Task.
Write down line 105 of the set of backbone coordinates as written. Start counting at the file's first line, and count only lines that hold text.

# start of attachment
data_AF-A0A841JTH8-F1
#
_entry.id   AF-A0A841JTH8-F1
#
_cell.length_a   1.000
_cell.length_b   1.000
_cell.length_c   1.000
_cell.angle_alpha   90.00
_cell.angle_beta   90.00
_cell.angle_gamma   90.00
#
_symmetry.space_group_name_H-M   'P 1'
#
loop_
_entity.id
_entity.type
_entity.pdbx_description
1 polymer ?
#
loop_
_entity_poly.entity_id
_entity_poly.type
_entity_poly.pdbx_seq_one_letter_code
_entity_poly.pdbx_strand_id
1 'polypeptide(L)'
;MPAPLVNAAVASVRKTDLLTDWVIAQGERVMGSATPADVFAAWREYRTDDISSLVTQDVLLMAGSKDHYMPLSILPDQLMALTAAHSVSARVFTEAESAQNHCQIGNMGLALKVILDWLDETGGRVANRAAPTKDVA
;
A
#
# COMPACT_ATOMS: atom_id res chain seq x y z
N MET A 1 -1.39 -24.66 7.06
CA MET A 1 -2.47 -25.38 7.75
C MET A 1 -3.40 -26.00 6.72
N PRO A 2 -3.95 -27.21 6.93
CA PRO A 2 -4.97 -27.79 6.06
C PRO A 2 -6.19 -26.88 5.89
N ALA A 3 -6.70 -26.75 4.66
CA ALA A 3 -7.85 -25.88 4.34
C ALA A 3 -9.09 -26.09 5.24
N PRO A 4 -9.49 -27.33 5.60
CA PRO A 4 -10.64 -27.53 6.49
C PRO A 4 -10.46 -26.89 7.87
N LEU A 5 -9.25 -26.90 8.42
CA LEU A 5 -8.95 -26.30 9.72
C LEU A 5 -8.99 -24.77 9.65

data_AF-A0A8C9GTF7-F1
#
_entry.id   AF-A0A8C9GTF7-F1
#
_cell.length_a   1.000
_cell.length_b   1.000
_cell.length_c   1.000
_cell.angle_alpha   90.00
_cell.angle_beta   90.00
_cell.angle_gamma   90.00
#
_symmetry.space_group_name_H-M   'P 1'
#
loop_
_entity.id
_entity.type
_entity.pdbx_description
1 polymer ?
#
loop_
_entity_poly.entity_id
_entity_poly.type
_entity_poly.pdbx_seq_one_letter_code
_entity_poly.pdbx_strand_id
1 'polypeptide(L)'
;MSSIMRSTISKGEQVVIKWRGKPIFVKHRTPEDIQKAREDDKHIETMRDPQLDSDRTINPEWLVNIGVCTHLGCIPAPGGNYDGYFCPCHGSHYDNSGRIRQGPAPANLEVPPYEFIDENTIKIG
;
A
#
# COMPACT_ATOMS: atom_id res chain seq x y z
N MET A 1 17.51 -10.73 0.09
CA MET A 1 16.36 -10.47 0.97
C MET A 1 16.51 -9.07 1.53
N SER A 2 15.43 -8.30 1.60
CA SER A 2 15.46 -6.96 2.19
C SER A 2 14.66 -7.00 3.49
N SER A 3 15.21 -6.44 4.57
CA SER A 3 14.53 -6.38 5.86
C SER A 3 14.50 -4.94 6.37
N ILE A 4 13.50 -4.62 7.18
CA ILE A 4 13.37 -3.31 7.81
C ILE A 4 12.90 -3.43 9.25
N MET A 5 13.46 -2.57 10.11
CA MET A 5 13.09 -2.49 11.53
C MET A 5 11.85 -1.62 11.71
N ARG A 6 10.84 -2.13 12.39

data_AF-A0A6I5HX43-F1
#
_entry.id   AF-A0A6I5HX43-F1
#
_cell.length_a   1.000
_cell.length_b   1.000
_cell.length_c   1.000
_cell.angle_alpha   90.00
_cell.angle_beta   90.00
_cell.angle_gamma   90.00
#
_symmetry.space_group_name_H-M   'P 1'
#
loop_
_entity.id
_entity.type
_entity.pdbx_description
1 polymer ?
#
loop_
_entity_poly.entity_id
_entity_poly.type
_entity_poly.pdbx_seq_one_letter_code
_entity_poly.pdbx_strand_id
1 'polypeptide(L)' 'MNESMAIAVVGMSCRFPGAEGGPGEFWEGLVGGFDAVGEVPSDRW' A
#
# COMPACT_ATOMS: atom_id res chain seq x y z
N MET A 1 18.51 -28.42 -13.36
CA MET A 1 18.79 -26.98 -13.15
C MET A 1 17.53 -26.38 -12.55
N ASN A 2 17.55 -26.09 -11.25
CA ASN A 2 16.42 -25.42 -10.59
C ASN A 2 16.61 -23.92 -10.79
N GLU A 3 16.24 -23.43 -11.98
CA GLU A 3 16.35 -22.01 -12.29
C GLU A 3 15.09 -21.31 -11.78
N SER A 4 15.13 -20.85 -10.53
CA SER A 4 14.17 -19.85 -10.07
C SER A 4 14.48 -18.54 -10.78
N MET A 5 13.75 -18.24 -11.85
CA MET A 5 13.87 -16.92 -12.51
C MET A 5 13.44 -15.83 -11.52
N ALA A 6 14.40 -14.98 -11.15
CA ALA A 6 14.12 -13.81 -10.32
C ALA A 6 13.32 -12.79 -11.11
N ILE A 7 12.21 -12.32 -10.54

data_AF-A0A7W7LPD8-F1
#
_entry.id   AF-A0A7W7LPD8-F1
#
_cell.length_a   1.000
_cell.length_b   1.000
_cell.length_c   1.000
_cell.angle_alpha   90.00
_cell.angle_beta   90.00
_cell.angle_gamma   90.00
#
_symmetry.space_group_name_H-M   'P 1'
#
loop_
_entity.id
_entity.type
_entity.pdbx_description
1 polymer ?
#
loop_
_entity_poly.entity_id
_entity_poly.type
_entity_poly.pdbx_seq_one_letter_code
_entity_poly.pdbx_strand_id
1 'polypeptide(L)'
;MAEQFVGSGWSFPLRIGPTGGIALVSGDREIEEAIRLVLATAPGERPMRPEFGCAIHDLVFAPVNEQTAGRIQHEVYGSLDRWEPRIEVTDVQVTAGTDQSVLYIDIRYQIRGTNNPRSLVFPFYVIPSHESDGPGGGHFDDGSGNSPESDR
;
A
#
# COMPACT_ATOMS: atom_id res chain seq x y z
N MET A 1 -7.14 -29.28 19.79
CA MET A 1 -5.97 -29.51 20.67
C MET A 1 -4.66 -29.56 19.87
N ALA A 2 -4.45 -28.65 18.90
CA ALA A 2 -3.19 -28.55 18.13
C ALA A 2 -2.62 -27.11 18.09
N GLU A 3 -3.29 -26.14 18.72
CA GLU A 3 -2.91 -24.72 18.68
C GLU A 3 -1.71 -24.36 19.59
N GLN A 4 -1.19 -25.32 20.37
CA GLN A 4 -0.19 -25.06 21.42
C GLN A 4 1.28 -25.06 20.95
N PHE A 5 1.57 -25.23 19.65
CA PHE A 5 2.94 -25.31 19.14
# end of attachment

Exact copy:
loop_